significant, petitioner contends, because courts have found
such street thefts to be crimes of violence under the
now-defunct residual clause, not the force clause.
E.g., United States v. Hollins, 514
Fed.Appx. 264, 267-68 (3d Cir. 2013); see also United
States v. Howze, 343 F.3d 919, 923-24 (7th
Cir. 2003) (collecting cases). He concludes that, with the
residual clause gone, robbery statutes like
Wisconsin’s, which are satisfied by any force, however
slight, no longer qualify as violent felonies. He accordingly
asks the court to vacate his sentence.
government does not assert procedural default or timeliness
as bars to the court’s consideration of
petitioner’s motion. Rather, the government defends the
sentence on the merits, arguing that Wisconsin robbery
remains a violent felony under the force clause.
government notes, the Seventh Circuit held that Wisconsin
robbery satisfied the force clause both before and after
Curtis Johnson. See Otero, 495 F.3d at 401;
United Statesv. Beason, 493 Fed.Appx. 747,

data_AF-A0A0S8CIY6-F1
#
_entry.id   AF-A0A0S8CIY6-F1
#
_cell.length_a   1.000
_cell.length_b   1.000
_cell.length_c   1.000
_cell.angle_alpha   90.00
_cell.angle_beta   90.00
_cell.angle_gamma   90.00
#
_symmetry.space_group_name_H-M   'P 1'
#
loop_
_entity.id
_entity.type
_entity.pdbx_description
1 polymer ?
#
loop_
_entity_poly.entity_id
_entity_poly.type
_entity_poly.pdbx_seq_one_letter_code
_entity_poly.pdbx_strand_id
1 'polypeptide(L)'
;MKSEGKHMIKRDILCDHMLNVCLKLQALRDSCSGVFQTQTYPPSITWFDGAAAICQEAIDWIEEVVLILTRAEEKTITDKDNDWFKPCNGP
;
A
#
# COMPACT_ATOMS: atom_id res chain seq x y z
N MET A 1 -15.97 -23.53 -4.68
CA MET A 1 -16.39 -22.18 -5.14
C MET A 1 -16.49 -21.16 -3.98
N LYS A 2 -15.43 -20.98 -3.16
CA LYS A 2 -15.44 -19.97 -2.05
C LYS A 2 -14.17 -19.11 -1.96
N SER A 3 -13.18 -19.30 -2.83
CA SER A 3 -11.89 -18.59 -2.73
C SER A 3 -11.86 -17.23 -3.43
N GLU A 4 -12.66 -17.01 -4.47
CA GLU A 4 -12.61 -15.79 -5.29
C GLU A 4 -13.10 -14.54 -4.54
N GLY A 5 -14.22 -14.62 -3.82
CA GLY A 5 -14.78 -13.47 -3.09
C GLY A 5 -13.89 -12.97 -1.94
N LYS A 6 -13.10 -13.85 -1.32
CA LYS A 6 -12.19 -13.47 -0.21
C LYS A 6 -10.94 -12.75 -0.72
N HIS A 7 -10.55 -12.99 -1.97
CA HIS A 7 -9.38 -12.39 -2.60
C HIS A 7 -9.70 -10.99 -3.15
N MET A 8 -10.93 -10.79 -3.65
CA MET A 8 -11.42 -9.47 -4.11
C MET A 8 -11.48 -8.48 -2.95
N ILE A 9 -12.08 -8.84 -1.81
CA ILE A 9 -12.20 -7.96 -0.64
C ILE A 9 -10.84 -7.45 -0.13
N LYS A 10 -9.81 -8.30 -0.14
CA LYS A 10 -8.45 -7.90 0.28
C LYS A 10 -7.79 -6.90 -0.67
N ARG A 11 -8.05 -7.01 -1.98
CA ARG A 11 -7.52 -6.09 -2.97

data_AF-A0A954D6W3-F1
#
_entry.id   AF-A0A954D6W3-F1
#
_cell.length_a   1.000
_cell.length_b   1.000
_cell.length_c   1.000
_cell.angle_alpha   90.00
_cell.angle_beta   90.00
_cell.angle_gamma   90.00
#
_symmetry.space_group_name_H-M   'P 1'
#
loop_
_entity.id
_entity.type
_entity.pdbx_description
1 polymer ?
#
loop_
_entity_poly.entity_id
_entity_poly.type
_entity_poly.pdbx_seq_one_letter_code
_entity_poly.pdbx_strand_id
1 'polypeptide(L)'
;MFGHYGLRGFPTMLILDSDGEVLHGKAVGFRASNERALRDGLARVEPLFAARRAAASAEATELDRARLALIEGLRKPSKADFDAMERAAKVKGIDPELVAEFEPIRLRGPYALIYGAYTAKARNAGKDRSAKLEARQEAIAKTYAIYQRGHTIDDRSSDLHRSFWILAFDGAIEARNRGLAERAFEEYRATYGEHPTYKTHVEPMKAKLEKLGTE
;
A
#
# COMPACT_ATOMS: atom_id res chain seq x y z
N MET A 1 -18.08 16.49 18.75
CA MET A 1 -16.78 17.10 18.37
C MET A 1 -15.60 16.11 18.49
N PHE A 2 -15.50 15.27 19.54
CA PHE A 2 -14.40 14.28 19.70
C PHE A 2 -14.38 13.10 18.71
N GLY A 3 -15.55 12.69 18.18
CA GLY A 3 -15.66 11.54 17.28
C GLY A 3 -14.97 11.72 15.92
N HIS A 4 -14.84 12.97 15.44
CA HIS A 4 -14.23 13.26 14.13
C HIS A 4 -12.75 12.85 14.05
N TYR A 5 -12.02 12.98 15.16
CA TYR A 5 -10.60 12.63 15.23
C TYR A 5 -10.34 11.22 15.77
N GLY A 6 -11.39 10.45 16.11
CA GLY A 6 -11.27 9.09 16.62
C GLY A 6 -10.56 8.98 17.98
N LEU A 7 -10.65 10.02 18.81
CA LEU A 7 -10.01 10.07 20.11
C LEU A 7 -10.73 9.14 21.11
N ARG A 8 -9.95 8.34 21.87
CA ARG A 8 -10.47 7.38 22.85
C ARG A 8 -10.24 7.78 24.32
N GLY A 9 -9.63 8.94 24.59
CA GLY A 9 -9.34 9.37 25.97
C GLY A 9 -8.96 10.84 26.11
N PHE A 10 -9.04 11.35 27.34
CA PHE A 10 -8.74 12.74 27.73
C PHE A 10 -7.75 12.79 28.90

749 (7th Cir. 2012). These cases cannot end the
inquiry, however. As indicated above, Otero
addressed not the ACCA but the career offender guideline.
While the Seventh Circuit ordinarily considers its case-law
interpreting these two provisions to be interchangeable,
e.g., United States v. Hampton, 675 F.3d
720, 730 n.2 (7thCir. 2012), the Otero
court further relied on the fact that robbery is specifically
enumerated as a crime of violence in the career offender
guideline’s application notes, 495 F.3d at 401 (citing
U.S.S.G. § 4B1.2 cmt. n.1), which the Seventh Circuit
treats as authoritative. See United States v. Raupp,
677 F.3d 756, 758-59 (7th Cir. 2012). Robbery is
not an enumerated offense under the ACCA. Beason was
an ACCA case, but the decision is unpublished and responsive
to an Anders brief ...